From: David Rientjes <email@example.com> To: Andrea Arcangeli <firstname.lastname@example.org> Cc: Linus Torvalds <email@example.com>, firstname.lastname@example.org, Vlastimil Babka <email@example.com>, Michal Hocko <firstname.lastname@example.org>, email@example.com, firstname.lastname@example.org, Linux List Kernel Mailing <email@example.com>, firstname.lastname@example.org, email@example.com, firstname.lastname@example.org, Andrew Morton <email@example.com>, firstname.lastname@example.org Subject: Re: [LKP] [mm] ac5b2c1891: vm-scalability.throughput -61.3% regression Date: Tue, 11 Dec 2018 16:37:22 -0800 (PST) Message-ID: <alpine.DEB.email@example.com> (raw) In-Reply-To: <20181210044916.GC24097@redhat.com> On Sun, 9 Dec 2018, Andrea Arcangeli wrote: > You didn't release the proprietary software that depends on > __GFP_THISNODE behavior and that you're afraid is getting a > regression. > > Could you at least release with an open source license the benchmark > software that you must have used to do the above measurement to > understand why it gives such a weird result on remote THP? > Hi Andrea, As I said in response to Linus, I'm in the process of writing a more complete benchmarking test across all of our platforms for access and allocation latency for x86 (both Intel and AMD), POWER8/9, and arm64, and doing so on a kernel with minimum overhead (for the allocation latency, I want to remove things like mem cgroup overhead from the result). > On skylake and on the threadripper I can't confirm that there isn't a > significant benefit from cross socket hugepage over cross socket small > page. > > Skylake Xeon(R) Gold 5115: > > # numactl --hardware > available: 2 nodes (0-1) > node 0 cpus: 0 1 2 3 4 5 6 7 8 9 20 21 22 23 24 25 26 27 28 29 > node 0 size: 15602 MB > node 0 free: 14077 MB > node 1 cpus: 10 11 12 13 14 15 16 17 18 19 30 31 32 33 34 35 36 37 38 39 > node 1 size: 16099 MB > node 1 free: 15949 MB > node distances: > node 0 1 > 0: 10 21 > 1: 21 10 > # numactl -m 0 -C 0 ./numa-thp-bench > random writes MADV_HUGEPAGE 10109753 usec > random writes MADV_NOHUGEPAGE 13682041 usec > random writes MADV_NOHUGEPAGE 13704208 usec > random writes MADV_HUGEPAGE 10120405 usec > # numactl -m 0 -C 10 ./numa-thp-bench > random writes MADV_HUGEPAGE 15393923 usec > random writes MADV_NOHUGEPAGE 19644793 usec > random writes MADV_NOHUGEPAGE 19671287 usec > random writes MADV_HUGEPAGE 15495281 usec > # grep Xeon /proc/cpuinfo |head -1 > model name : Intel(R) Xeon(R) Gold 5115 CPU @ 2.40GHz > > local 4k -> local 2m: +35% > local 4k -> remote 2m: -11% > remote 4k -> remote 2m: +26% > > threadripper 1950x: > > # numactl --hardware > available: 2 nodes (0-1) > node 0 cpus: 0 1 2 3 4 5 6 7 16 17 18 19 20 21 22 23 > node 0 size: 15982 MB > node 0 free: 14422 MB > node 1 cpus: 8 9 10 11 12 13 14 15 24 25 26 27 28 29 30 31 > node 1 size: 16124 MB > node 1 free: 5357 MB > node distances: > node 0 1 > 0: 10 16 > 1: 16 10 > # numactl -m 0 -C 0 /tmp/numa-thp-bench > random writes MADV_HUGEPAGE 12902667 usec > random writes MADV_NOHUGEPAGE 17543070 usec > random writes MADV_NOHUGEPAGE 17568858 usec > random writes MADV_HUGEPAGE 12896588 usec > # numactl -m 0 -C 8 /tmp/numa-thp-bench > random writes MADV_HUGEPAGE 19663515 usec > random writes MADV_NOHUGEPAGE 27819864 usec > random writes MADV_NOHUGEPAGE 27844066 usec > random writes MADV_HUGEPAGE 19662706 usec > # grep Threadripper /proc/cpuinfo |head -1 > model name : AMD Ryzen Threadripper 1950X 16-Core Processor > > local 4k -> local 2m: +35% > local 4k -> remote 2m: -10% > remote 4k -> remote 2m: +41% > > Or if you prefer reversed in terms of compute time (negative > percentage is better in this case): > > local 4k -> local 2m: -26% > local 4k -> remote 2m: +12% > remote 4k -> remote 2m: -29% > > It's true that local 4k is generally a win vs remote THP when the > workload is memory bound also for the threadripper, the threadripper > seems even more favorable to remote THP than skylake Xeon is. > My results are organized slightly different since it considers local hugepages as the baseline and is what we optimize for: on Broadwell, I've obtained more accurate results that show local small pages at +3.8%, remote hugepages at +12.8% and remote small pages at +18.8%. I think we both agree that the locality preference for workloads that fit within a single node is local hugepage -> local small page -> remote hugepage -> remote small page, and that has been unchanged in any of benchmarking results for either of us. > The above is the host bare metal result. Now let's try guest mode on > the threadripper. The last two lines seems more reliable (the first > two lines also needs to fault in the guest RAM because the guest > was fresh booted). > > guest backed by local 2M pages: > > random writes MADV_HUGEPAGE 16025855 usec > random writes MADV_NOHUGEPAGE 21903002 usec > random writes MADV_NOHUGEPAGE 19762767 usec > random writes MADV_HUGEPAGE 15189231 usec > > guest backed by remote 2M pages: > > random writes MADV_HUGEPAGE 25434251 usec > random writes MADV_NOHUGEPAGE 32404119 usec > random writes MADV_NOHUGEPAGE 31455592 usec > random writes MADV_HUGEPAGE 22248304 usec > > guest backed by local 4k pages: > > random writes MADV_HUGEPAGE 28945251 usec > random writes MADV_NOHUGEPAGE 32217690 usec > random writes MADV_NOHUGEPAGE 30664731 usec > random writes MADV_HUGEPAGE 22981082 usec > > guest backed by remote 4k pages: > > random writes MADV_HUGEPAGE 43772939 usec > random writes MADV_NOHUGEPAGE 52745664 usec > random writes MADV_NOHUGEPAGE 51632065 usec > random writes MADV_HUGEPAGE 40263194 usec > > I haven't yet tried the guest mode on the skylake nor > haswell/broadwell. I can do that too but I don't expect a significant > difference. > > On a threadripper guest, the remote 2m is practically identical to > local 4k. So shutting down compaction to try to generate local 4k > memory looks a sure loss. > I'm assuming your results above are with a defrag setting of "madvise" or "defer+madvise". > Even if we ignore the guest mode results completely, if we don't make > assumption on the workload to be able to fit in the node, if I use > MADV_HUGEPAGE I think I'd prefer the risk of a -10% slowdown if the > THP page ends up in a remote node, than not getting the +41% THP > speedup on remote memory if the pagetable ends up being remote or the > 4k page itself ends up being remote over time. > I'm agreeing with you that the preference for remote hugepages over local small pages depends on the configuration and the workload that you are running and there are clear advantages and disadvantages to both. This is different than what the long-standing NUMA preferences have been for thp allocations. I think we can optimize for *both* usecases without causing an unnecessary regression for other and doing so is not extremely complex. Since it depends on the workload, specifically workloads that fit within a single node, I think the reasonable approach would be to have a sane default regardless of the use of MADV_HUGEPAGE or thp defrag settings and then optimzie for the minority of cases where the workload does not fit in a single node. I'm assuming there is no debate about these larger workloads being in the minority, although we have single machines where this encompasses the totality of their workloads. Regarding the role of direct reclaim in the allocator, I think we need work on the feedback from compaction to determine whether it's worthwhile. That's difficult because of the point I continue to bring up: isolate_freepages() is not necessarily always able to access this freed memory. But for cases where we get COMPACT_SKIPPED because the order-0 watermarks are failing, reclaim *is* likely to have an impact in the success of compaction, otherwise we fail and defer because it wasn't able to make a hugepage available. [ If we run compaction regardless of the order-0 watermark check and find a pageblock where we can likely free a hugepage because it is fragmented movable pages, this is a pretty good indication that reclaim is worthwhile iff the reclaimed memory is beyond the migration scanner. ] Let me try to list out what I think is a reasonable design for the various configs assuming we are able to address the reclaim concern above. Note that this is for the majority of users where workloads do not span multiple nodes: - defrag=always: always compact, obviously - defrag=madvise/defer+madvise: - MADV_HUGEPAGE: always compact locally, fallback to small pages locally (small pages become eligible for khugepaged to collapse locally later, no chance of additional access latency) - neither MADV_HUGEPAGE nor MADV_NOHUGEPAGE: kick kcompactd locally, fallback to small pages locally - defrag=defer: kick kcompactd locally, fallback to small pages locally - defrag=never: fallback to small pages locally And that, AFAICT, has been the implementation for almost four years. For workloads that *can* span multiple nodes, this doesn't make much sense, as you point out and have reported in your bug. Considering the reclaim problem separately where we thrash a node unnecessarily, if we consider only hugepages and NUMA locality: - defrag=always: always compact for all allowed zones, zonelist ordered according to NUMA locality - defrag=madvise/defer+madvise: - MADV_HUGEPAGE: always compact for all allowed zones, try to allocate hugepages in zonelist order, only fallback to small pages when compaction fails - neither MADV_HUGEPAGE nor MADV_NOHUGEPAGE: kick kcompactd for all allowed zones, fallback to small pages locally - defrag=defer: kick kcompactd for all allowed zones, fallback to small pages locally - defrag=never: fallback to small pages locally For this policy to be possible, we must clear __GFP_THISNODE. How to determine when to do this? I think we have three options: heuristics (rss vs zone managed pages), per-process prctl(), or global thp setting for machine-wide behavior. I've been suggesting a per-process prctl() that can be set and carried across fork so that there are no changes needed to any workload and can simply special-case the thp allocation policy to use __GFP_THISNODE, which is the default for bare metal, and to not use it when we've said the workload will span multiple nodes. Depending on the size of the workload, it may choose to use this setting on certain systems and not others.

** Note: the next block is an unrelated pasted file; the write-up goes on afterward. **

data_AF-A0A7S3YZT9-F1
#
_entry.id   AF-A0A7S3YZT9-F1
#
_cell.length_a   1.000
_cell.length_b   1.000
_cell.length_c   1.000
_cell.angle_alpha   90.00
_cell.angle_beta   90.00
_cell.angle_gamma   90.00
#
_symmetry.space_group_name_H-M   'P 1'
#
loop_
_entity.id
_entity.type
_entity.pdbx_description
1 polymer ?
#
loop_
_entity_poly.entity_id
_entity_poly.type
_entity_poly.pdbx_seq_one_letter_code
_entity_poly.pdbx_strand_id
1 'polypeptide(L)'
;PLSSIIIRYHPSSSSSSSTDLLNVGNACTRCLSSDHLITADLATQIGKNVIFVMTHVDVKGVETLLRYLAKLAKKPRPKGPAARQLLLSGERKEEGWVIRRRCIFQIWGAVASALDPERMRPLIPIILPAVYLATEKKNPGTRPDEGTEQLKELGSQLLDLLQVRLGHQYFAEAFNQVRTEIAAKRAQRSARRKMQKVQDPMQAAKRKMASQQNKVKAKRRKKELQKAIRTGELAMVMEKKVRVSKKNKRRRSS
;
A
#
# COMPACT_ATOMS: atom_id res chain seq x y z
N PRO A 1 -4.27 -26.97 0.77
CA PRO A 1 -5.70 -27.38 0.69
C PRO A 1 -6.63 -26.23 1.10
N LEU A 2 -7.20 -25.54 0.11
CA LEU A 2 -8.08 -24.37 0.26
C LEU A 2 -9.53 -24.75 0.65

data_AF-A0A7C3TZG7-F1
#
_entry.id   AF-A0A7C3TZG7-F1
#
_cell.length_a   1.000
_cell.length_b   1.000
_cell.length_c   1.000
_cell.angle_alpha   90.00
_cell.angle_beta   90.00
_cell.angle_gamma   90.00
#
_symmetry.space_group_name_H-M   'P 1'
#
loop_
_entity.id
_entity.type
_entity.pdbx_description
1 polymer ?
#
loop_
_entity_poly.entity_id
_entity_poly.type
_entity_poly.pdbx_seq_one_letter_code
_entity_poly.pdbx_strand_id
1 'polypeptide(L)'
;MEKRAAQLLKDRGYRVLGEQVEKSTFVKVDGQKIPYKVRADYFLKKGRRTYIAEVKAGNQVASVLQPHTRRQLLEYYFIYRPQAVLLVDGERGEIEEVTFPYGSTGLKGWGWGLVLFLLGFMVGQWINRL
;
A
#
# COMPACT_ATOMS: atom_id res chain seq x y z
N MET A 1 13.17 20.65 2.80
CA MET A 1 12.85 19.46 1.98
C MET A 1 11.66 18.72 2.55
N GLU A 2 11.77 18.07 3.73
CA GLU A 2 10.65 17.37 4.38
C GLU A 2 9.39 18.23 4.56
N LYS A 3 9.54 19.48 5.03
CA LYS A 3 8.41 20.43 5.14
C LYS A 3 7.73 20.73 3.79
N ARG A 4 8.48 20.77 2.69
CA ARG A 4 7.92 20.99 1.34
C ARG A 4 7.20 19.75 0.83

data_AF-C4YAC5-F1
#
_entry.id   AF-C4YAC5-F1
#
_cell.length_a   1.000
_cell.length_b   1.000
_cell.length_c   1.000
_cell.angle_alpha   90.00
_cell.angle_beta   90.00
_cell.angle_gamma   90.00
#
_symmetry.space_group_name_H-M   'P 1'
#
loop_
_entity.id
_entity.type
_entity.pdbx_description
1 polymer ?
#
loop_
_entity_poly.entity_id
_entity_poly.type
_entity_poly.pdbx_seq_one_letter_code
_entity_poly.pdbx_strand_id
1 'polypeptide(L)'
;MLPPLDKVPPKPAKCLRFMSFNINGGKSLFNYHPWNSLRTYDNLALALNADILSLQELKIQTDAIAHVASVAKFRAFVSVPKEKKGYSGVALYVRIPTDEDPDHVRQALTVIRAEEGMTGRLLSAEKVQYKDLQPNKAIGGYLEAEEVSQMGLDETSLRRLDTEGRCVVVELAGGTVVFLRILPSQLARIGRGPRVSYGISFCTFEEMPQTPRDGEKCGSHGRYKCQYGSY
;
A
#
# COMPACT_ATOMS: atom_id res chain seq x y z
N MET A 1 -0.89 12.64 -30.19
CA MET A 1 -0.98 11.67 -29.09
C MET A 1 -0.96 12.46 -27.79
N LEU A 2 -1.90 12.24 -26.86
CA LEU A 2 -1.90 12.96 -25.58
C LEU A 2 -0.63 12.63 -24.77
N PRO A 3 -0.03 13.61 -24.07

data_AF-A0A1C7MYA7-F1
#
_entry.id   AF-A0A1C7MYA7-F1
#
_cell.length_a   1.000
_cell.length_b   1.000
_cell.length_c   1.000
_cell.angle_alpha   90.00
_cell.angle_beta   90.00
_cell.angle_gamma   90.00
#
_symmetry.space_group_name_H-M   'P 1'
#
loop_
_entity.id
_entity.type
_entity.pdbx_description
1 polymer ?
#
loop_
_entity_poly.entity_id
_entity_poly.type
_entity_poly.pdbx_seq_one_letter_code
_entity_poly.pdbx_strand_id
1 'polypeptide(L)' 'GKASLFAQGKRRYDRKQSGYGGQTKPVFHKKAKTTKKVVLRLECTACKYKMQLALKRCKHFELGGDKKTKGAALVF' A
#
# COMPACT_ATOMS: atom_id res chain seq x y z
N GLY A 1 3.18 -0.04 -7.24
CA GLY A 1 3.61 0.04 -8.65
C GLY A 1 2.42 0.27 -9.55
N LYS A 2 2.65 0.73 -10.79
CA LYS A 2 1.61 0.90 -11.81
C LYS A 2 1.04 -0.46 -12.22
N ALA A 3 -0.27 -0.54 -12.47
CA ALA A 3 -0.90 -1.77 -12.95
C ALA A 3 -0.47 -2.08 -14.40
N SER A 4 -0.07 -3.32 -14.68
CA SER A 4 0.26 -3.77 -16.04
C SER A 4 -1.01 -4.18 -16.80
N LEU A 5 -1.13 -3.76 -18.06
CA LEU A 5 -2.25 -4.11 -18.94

next prev parent reply index Thread overview: 77+ messages / expand[flat|nested] mbox.gz Atom feed top 2018-11-27 6:25 kernel test robot 2018-11-27 17:08 ` Linus Torvalds 2018-11-27 18:17 ` Michal Hocko 2018-11-27 18:21 ` Michal Hocko 2018-11-27 19:05 ` Vlastimil Babka 2018-11-27 19:16 ` Vlastimil Babka 2018-11-27 20:57 ` Andrea Arcangeli 2018-11-27 22:50 ` Linus Torvalds 2018-11-28 6:30 ` Michal Hocko 2018-11-28 3:20 ` Huang\, Ying 2018-11-28 16:48 ` Linus Torvalds 2018-11-28 18:39 ` Andrea Arcangeli 2018-11-28 23:10 ` David Rientjes 2018-12-03 18:01 ` Linus Torvalds 2018-12-03 18:14 ` Michal Hocko 2018-12-03 18:19 ` Linus Torvalds 2018-12-03 18:30 ` Michal Hocko 2018-12-03 18:45 ` Linus Torvalds 2018-12-03 18:59 ` Michal Hocko 2018-12-03 19:23 ` Andrea Arcangeli 2018-12-03 20:26 ` David Rientjes 2018-12-03 19:28 ` Linus Torvalds 2018-12-03 20:12 ` Andrea Arcangeli 2018-12-03 20:36 ` David Rientjes 2018-12-03 22:04 ` Linus Torvalds 2018-12-03 22:27 ` Linus Torvalds 2018-12-03 22:57 ` David Rientjes 2018-12-04 9:22 ` Vlastimil Babka 2018-12-04 10:45 ` Mel Gorman 2018-12-05 0:47 ` David Rientjes 2018-12-05 9:08 ` Michal Hocko 2018-12-05 10:43 ` Mel Gorman 2018-12-05 11:43 ` Michal Hocko 2018-12-05 10:06 ` Mel Gorman 2018-12-05 20:40 ` Andrea Arcangeli 2018-12-05 21:59 ` David Rientjes 2018-12-06 0:00 ` Andrea Arcangeli 2018-12-05 22:03 ` Linus Torvalds 2018-12-05 22:12 ` David Rientjes 2018-12-05 23:36 ` Andrea Arcangeli 2018-12-05 23:51 ` Linus Torvalds 2018-12-06 0:58 ` Linus Torvalds 2018-12-06 9:14 ` MADV_HUGEPAGE vs. NUMA semantic (was: Re: [LKP] [mm] ac5b2c1891: vm-scalability.throughput -61.3% regression) Michal Hocko 2018-12-06 23:49 ` David Rientjes 2018-12-07 7:34 ` Michal Hocko 2018-12-07 4:31 ` Linus Torvalds 2018-12-07 7:49 ` Michal Hocko 2018-12-07 9:06 ` Vlastimil Babka 2018-12-07 23:15 ` David Rientjes 2018-12-06 23:43 ` [LKP] [mm] ac5b2c1891: vm-scalability.throughput -61.3% regression David Rientjes 2018-12-07 4:01 ` Linus Torvalds 2018-12-10 0:29 ` David Rientjes 2018-12-10 4:49 ` Andrea Arcangeli 2018-12-12 0:37 ` David Rientjes [this message] 2018-12-12 9:50 ` Michal Hocko 2018-12-12 17:00 ` Andrea Arcangeli 2018-12-14 11:32 ` Michal Hocko 2018-12-12 10:14 ` Vlastimil Babka 2018-12-14 21:04 ` David Rientjes 2018-12-14 21:33 ` Vlastimil Babka 2018-12-21 22:18 ` David Rientjes 2018-12-22 12:08 ` Mel Gorman 2018-12-14 23:11 ` Mel Gorman 2018-12-21 22:15 ` David Rientjes 2018-12-12 10:44 ` Andrea Arcangeli 2019-04-15 11:48 ` Michal Hocko 2018-12-06 0:18 ` David Rientjes 2018-12-06 0:54 ` Andrea Arcangeli 2018-12-06 9:23 ` Vlastimil Babka 2018-12-03 20:39 ` David Rientjes 2018-12-03 21:25 ` Michal Hocko 2018-12-03 21:53 ` David Rientjes 2018-12-04 8:48 ` Michal Hocko 2018-12-05 0:07 ` David Rientjes 2018-12-05 10:18 ` Michal Hocko 2018-12-05 19:16 ` David Rientjes 2018-11-27 7:23 kernel test robot
Reply instructions: You may reply publically to this message via plain-text email using any one of the following methods: * Save the following mbox file, import it into your mail client, and reply-to-all from there: mbox Avoid top-posting and favor interleaved quoting: https://en.wikipedia.org/wiki/Posting_style#Interleaved_style * Reply using the --to, --cc, and --in-reply-to switches of git-send-email(1): git send-email \ --in-reply-to=alpine.DEB.firstname.lastname@example.org \ --email@example.com \ --firstname.lastname@example.org \ --email@example.com \ --firstname.lastname@example.org \ --email@example.com \ --firstname.lastname@example.org \ --email@example.com \ --firstname.lastname@example.org \ --email@example.com \ --firstname.lastname@example.org \ --email@example.com \ --firstname.lastname@example.org \ --email@example.com \ --firstname.lastname@example.org \ /path/to/YOUR_REPLY https://kernel.org/pub/software/scm/git/docs/git-send-email.html * If your mail client supports setting the In-Reply-To header via mailto: links, try the mailto: link
LKML Archive on lore.kernel.org Archives are clonable: git clone --mirror https://lore.kernel.org/lkml/0 lkml/git/0.git git clone --mirror https://lore.kernel.org/lkml/1 lkml/git/1.git git clone --mirror https://lore.kernel.org/lkml/2 lkml/git/2.git git clone --mirror https://lore.kernel.org/lkml/3 lkml/git/3.git git clone --mirror https://lore.kernel.org/lkml/4 lkml/git/4.git git clone --mirror https://lore.kernel.org/lkml/5 lkml/git/5.git git clone --mirror https://lore.kernel.org/lkml/6 lkml/git/6.git git clone --mirror https://lore.kernel.org/lkml/7 lkml/git/7.git # If you have public-inbox 1.1+ installed, you may # initialize and index your mirror using the following commands: public-inbox-init -V2 lkml lkml/ https://lore.kernel.org/lkml \ email@example.com firstname.lastname@example.org public-inbox-index lkml Newsgroup available over NNTP: nntp://nntp.lore.kernel.org/org.kernel.vger.linux-kernel AGPL code for this site: git clone https://public-inbox.org/ public-inbox